But you’re not here for the plot…or at least you’d better not be! No, no, you’re here for the gory kung-fu madness! And what wonderful madness it is. Now, I’ll be right up front about it, there are a few gore effects that don’t look the greatest…oddly enough, they bookend the film…but everything else? Man, you couldn’t have asked for better if they had Tom Savini on board! I’m gonna stick on this point for a moment because in some of my recent reviews (most notably Zombie Fight Club, but I’m sure there are others), more recent Hong Kong offerings have opted primarily for digital blood effect and they look terrible…whereas when you watch Riki-Oh, sure, some of the effects look flawed here or there, but there’s no denying a more visceral film experience and ultimately, a more satisfying one. Sure, I may watch these films at home, usually by myself, but when you see the practical effects in Riki-Oh, I know I was 100% more likely to yell “Oh shit!” at my TV than anything digital from more recent Hong Kong efforts. In many ways, this film is late 80s/early 90s anime come to life…where everyone has EXCEPTIONALLY high blood pressure so that when the blood gushes, it does so in veritable GUYSERS! Again, think the blood effects in Raimi’s Evil Dead flicks to get an idea of what I’m talking about. That’s where this film is at its best…and the film itself knows that, trying to insert as much of this gore as it possibly can. While Ricky’s power levels really don’t lend themselves to any long, drawn out, awesomely complicated fight sequences…well, this isn’t necessarily a bad thing, as you know that each kick, each punch, each move is going to result in some comically exaggerated wound and for the 90-ish minutes of the film’s running time, well, it simply doesn’t have the time to get old.
When we as an audience find ourselves removed from the prison, either in a flashback to Ricky’s past or following the Warden (not the assistant, mind you), this is where the film slows down and does present us with the weaker material. As I said above, the plot is pretty thin and much of it simply doesn’t make sense…particularly the circumstances surrounding Ricky’s girlfriend’s death. Ricky’s training with his uncle seems a little overlong, I mean, just how many tombstones does one need to smash on one’s chest to finally determine that yes, he is the ultimate badass? [The answer, as with all things, is 42. – Ed.] And the Warden’s son really only adds more annoyance to the film.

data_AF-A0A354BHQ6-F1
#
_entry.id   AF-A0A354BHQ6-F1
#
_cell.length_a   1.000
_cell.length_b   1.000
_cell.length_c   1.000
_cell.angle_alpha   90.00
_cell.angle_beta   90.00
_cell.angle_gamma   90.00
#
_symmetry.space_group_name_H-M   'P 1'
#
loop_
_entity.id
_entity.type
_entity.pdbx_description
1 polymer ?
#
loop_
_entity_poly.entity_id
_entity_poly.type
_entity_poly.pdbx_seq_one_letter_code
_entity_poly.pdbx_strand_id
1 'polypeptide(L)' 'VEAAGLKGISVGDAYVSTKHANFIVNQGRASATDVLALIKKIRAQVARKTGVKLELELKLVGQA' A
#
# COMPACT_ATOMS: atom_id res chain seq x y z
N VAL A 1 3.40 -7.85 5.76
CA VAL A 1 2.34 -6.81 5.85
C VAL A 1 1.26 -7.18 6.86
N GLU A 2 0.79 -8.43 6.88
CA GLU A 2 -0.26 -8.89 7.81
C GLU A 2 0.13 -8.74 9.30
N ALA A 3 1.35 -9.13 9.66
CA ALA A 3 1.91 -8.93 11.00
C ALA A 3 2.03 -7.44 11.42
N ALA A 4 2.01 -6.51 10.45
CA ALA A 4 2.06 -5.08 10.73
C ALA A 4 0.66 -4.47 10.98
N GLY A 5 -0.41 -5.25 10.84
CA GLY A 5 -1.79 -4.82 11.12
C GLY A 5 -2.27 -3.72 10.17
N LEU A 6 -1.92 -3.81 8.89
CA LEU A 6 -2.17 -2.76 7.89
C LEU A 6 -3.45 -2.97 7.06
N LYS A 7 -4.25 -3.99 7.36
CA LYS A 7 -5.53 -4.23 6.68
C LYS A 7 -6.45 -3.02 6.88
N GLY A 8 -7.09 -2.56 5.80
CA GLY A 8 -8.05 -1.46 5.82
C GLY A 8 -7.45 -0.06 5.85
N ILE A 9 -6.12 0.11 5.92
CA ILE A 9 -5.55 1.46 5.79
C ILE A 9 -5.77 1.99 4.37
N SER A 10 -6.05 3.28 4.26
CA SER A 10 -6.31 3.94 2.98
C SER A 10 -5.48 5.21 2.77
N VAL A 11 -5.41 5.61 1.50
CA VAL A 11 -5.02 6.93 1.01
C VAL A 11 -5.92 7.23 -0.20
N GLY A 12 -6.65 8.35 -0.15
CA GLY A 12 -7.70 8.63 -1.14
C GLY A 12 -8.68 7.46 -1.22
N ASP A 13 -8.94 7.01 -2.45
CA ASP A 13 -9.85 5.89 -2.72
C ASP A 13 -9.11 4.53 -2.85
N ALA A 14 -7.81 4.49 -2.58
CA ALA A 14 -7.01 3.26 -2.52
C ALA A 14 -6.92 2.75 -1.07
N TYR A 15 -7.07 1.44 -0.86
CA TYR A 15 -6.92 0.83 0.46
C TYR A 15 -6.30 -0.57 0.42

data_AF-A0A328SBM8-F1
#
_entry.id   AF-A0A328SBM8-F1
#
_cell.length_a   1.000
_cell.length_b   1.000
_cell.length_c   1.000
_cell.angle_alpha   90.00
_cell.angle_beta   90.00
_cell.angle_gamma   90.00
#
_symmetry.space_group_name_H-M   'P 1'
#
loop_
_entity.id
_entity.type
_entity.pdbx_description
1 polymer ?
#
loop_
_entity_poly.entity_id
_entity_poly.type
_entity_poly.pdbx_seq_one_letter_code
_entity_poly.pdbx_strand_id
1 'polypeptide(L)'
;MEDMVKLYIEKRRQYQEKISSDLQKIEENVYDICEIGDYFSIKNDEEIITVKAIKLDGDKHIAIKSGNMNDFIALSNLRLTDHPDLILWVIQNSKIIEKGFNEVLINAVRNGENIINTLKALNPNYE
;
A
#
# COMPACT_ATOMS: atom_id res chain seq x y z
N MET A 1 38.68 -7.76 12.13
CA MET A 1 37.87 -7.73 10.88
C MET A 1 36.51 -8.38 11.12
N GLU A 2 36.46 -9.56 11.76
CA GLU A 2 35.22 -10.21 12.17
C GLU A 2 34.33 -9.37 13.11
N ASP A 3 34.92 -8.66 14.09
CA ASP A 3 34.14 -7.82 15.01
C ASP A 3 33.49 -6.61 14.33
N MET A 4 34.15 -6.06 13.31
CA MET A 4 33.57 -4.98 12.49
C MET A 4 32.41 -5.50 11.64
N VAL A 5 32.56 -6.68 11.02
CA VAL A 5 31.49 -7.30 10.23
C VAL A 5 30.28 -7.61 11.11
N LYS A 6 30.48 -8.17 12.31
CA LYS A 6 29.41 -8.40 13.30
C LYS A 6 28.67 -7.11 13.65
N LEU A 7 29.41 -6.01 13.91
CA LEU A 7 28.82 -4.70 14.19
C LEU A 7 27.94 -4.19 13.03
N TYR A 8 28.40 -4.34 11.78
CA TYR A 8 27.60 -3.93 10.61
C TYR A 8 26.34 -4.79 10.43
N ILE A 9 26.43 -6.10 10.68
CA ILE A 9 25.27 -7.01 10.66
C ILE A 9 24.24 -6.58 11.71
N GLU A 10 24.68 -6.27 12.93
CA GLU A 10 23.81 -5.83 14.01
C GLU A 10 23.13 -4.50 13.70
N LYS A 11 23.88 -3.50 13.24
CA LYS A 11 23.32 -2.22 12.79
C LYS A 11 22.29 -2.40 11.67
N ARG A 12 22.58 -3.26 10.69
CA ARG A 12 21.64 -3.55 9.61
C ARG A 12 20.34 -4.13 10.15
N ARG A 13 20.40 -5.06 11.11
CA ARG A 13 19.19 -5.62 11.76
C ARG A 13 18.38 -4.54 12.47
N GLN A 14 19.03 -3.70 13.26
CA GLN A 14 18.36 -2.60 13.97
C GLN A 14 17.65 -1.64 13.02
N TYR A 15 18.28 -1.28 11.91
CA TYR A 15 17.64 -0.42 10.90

Riki-Oh: The Story of Ricky was the first Hong Kong film to ever receive a Category III rating without any erotic content. In terms of our ratings system, that puts it at an NC-17 rating. That’s a little extreme, as most of what I saw here was solid R…if you’re a fan of slasher films, you’re not going to see anything here that you haven’t seen before in terms of gore. And while it does have some negatives, let’s face it, for me, this film is the cinematic equivalent of the first time someone mixed peanut butter and chocolate. Kung Fu? And gore? In one movie??? AWESOME!!! And that it is. With tongue firmly in cheek and fully aware of where its strengths lie, Riki-Oh doesn’t pretend to be anything more than what it is: a fantastically gory kung fu film that punches you unrelentingly in the gut…with its fist and your intestines spewing out of your back. And you’ll love it for that. It’s a little hard to find on disc as I believe it is currently out of print (although I did manage to snag one on Amazon), but those of you with streaming services should be able to find it…as I’ve heard it’s been on both Netflix and Shudder. If you’re a fan of gore or Hong Kong action films, you owe it to yourself to track this film down.